Talking With Peir Wu

December 21, 2015 BY CAPSULE


One of London's hottest emerging menswear designers, Peir Wu joins Capsule Paris as part of London Showcase - our spotlight on British fashion. A relative newcomer on the scene, we got to know Peir recently, and talked about her influences and the upcoming AW16 collection.

(C) You grew up in Singapore and now living in London. How do those 2 cities influence your work?

I left for London 10 years ago, and while I appreciate Singapore for its efficiency and entrepreneurial spirit, it can also breed a conformist culture that values pragmatism over creativity. London, on the other hand, is home to many interesting and off the wall characters with whom I’ve had the pleasure of meeting and working with. However, I often wonder if it possesses the infrastructure to sustain creativity in the long term. That said, both cities have been vital to my personal growth and I’ve learnt to appreciate and embrace the strengths of both cultures, and strive to channel them through my life and work.


(C) What else is a major influence on how you approach design?

I’m obsessed with Chinese-American architect I.M. Pei. and have been reading a lot of his old interviews lately. Although his favorite materials include concrete, glass and steel, he exercises a fluid style and believes that architecture must first be informed by locality and purpose in order to fit in with its surroundings. I respect that his buildings have withstood the test of time in multiple ways - functionally, contextually, stylistically, even politically, but it’s his thought process and way of problem solving that I find truly inspirational.


(C) Tell us about AW16 — what are you working on? What’s inspiring the collection?

I’m really excited about the AW16 collection because this AW16 sees us establishing a core collection for the brand. It’s like a new beginning of sorts because even though AW16 shares the same themes of elegance and functionality that influenced my earlier collections, this will be the first time I put many of the ideas I’ve developed through the seasons with those close to me into one collection to present a complete and essential wardrobe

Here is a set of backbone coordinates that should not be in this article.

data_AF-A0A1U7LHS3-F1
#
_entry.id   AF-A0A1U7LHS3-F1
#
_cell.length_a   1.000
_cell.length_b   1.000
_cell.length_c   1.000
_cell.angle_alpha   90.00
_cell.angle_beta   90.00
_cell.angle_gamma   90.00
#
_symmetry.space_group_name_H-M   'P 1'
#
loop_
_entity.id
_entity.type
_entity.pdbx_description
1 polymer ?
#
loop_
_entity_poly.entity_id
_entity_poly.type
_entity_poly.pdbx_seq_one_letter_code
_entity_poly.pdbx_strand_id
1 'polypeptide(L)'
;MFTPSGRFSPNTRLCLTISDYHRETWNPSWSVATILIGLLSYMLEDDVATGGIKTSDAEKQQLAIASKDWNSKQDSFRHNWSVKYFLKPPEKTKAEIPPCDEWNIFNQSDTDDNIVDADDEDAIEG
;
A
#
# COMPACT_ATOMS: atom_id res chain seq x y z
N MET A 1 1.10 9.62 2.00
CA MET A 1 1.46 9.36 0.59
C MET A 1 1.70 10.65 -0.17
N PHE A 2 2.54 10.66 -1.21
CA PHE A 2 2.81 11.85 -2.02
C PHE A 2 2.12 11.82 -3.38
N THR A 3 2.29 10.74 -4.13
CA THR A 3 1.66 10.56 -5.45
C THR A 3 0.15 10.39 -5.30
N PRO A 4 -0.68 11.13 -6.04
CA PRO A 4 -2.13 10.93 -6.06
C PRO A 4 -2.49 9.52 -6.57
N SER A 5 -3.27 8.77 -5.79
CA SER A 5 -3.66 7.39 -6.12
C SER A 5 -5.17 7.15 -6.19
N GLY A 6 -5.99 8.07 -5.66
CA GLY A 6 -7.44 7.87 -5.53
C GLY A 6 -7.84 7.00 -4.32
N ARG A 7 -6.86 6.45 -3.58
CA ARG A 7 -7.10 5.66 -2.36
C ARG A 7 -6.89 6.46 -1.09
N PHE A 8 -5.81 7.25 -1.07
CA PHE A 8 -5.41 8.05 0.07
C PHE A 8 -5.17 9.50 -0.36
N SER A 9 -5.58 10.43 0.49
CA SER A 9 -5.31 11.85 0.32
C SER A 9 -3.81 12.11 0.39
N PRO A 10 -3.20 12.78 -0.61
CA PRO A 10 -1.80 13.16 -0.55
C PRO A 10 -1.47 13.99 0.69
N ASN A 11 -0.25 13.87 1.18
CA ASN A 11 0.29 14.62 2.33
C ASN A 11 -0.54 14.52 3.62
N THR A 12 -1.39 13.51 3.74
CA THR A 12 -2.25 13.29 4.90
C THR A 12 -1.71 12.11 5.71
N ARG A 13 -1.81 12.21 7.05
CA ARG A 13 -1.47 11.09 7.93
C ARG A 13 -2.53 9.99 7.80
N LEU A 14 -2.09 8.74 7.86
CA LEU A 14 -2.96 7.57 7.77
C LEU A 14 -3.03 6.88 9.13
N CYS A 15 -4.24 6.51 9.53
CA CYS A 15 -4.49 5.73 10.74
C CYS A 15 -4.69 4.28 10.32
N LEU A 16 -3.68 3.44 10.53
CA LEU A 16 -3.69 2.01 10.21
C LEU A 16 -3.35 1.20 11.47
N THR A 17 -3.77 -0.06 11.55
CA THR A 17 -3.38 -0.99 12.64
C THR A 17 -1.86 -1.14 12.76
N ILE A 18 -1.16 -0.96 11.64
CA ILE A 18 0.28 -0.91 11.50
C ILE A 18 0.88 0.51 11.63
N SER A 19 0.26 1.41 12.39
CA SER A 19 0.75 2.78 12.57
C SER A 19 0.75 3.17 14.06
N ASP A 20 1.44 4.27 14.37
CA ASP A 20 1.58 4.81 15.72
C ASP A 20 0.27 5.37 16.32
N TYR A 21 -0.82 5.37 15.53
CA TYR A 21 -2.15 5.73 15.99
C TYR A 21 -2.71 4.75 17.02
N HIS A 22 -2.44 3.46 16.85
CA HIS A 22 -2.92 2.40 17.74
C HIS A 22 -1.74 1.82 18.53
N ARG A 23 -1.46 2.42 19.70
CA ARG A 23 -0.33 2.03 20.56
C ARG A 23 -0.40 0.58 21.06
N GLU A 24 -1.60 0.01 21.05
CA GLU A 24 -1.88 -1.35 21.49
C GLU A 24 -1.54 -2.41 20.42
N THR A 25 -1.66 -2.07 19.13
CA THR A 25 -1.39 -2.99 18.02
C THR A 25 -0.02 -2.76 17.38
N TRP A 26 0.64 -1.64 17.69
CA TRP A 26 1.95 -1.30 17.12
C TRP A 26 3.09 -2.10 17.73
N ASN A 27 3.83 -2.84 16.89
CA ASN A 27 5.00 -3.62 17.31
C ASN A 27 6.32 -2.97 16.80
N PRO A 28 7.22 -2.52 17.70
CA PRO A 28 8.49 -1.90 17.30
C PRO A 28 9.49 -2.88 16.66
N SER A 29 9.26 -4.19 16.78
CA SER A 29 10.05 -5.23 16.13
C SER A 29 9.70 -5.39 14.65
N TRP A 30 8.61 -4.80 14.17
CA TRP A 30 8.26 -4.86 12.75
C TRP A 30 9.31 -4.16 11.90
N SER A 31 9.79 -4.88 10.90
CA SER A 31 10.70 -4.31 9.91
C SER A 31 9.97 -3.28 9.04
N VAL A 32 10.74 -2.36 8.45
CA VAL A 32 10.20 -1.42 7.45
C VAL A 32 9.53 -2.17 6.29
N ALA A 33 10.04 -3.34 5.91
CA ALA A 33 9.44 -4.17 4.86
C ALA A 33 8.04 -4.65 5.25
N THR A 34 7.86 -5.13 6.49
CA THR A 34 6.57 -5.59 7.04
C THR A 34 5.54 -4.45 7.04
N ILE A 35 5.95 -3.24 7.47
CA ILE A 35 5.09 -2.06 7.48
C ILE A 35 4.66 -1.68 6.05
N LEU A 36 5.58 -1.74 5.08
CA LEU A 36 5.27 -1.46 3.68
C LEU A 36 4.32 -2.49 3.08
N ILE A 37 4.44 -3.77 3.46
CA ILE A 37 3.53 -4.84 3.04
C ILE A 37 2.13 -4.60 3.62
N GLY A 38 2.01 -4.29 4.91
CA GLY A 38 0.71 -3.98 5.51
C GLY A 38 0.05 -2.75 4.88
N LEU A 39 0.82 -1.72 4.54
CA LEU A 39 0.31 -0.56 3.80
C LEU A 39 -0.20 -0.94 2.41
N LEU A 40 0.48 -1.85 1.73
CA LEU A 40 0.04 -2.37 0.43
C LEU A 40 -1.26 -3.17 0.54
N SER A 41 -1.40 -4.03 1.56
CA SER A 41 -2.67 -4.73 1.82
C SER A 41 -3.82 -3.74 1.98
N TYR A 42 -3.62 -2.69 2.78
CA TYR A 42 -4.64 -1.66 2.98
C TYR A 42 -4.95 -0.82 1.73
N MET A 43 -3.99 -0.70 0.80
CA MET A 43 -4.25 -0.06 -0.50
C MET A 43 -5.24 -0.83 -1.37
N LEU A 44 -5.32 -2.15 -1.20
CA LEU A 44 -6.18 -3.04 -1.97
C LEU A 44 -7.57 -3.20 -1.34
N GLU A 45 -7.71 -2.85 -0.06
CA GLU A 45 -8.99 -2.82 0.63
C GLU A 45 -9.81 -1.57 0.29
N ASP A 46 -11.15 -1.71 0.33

(C) You used to work for Raf Simons. What is one thing you learned from him that continues to influence you?

I worked for Raf Simons at an interesting time in the brand’s evolution. Raf was evolving the brand’s aesthetic and though it was a small team, it was very dynamic. There was a great degree of trust and open-mindedness, as well honesty and open communication, so there were all these ideas being thrown around about what worked and what didn’t. And because we placed importance in our collective goal, we set aside our egos and managed to produce work we could all be proud of. Till today I try to incorporate the same ideals in my own practice and strive to creatively collaborate outside of a silo, as I believe it helps me create forward-thinking work.


(C) What will be a key item in the collection? Please describe.
My personal favourite piece is the bomber jacket made of what i describe as a “technical linen”, it’s a triacetate woven slubby semi-sheer tech fabric that comes in an unusual melange smoky blue, as well as a plain matte black. We’ve developed a really beautiful and understated finishing - mounting it on cotton, and working it almost like a double cloth. It’s a mid-weight three season bomber jacket which can be used as a layering piece - worn on its own in spring, summer, or autumn, or with a down jacket or wool overcoat for winter. It is representative of our way of remaking a classic garment for a modern man’s wardrobe.

(C) Please tell us about your fabrications — what will you be using for AW16?
So I recently discovered 3 different technical fabrics that I can’t wait to share with our customers. The first is a sweat-wicking technical stretch fabric, which wears and feels amazing. The second, a water-resistant, wind proof Japanese nylon cotton mix with an almost taffeta semi-sheen hand-feel, and lastly, a water-resistant and breathable Japanese nylon with a matte crinkle finish. I think these 3 technical fabrics have helped shape the travel wardrobe into a complete, standalone series

(C) What is so appealing to you about minimalism?
I think perhaps ‘Essentialism’ better captures the essence of what I channel through my work. The main idea I’ve been exploring in the past couple of seasons is about trying to decipher the absolute essentials in a modern man’s wardrobe. A large part of the collection, what I call the “Travel Series”, is a study in practicality, functional clothes made for traveling, spontaneity and moving around constantly. I have been working on paring down the collection further, not aesthetics wise, but continuing to make the clothes even lighter, easier to style, well-constructed and perfect the way the cuts are in order for the clothes to move well on different body types.

(C) Do you keep a specific person or type of person in mind when you’re designing ?
If anything, this collection reflects a lot more of who I am as a person and my own— as well as my clients—lifestyles: active types, thinkers, travelers.